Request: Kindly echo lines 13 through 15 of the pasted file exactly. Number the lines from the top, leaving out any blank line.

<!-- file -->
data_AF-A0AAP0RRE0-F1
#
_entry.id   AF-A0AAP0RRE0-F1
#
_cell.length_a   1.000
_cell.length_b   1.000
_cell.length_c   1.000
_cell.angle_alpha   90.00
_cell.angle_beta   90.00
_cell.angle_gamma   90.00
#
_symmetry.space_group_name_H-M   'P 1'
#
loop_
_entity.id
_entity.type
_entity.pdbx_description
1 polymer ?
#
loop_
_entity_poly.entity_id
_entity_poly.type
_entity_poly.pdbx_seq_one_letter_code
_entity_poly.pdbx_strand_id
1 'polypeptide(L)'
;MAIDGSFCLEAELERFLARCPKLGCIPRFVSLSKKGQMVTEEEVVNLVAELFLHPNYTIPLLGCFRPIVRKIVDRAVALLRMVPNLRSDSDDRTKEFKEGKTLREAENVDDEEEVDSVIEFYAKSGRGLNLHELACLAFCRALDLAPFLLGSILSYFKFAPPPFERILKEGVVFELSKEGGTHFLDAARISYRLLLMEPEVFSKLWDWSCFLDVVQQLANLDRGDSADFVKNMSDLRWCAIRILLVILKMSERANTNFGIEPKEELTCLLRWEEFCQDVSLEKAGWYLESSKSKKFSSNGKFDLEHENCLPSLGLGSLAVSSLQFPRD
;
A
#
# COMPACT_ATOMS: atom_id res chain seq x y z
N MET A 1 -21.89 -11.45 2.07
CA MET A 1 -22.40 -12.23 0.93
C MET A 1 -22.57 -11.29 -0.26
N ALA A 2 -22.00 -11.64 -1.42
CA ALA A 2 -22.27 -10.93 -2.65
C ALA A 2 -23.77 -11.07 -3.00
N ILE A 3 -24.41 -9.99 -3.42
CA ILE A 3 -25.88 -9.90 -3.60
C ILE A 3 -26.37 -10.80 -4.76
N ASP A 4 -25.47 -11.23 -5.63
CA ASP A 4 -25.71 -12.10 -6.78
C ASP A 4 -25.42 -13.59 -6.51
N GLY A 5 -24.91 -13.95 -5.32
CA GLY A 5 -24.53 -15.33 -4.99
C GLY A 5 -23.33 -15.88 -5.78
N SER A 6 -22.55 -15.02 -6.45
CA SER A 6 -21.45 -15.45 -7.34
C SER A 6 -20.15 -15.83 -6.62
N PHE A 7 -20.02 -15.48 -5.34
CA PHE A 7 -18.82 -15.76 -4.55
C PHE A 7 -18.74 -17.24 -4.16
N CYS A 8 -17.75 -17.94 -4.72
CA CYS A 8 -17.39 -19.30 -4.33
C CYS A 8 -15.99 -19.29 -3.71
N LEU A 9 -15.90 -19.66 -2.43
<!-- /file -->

#
loop_
_entity.id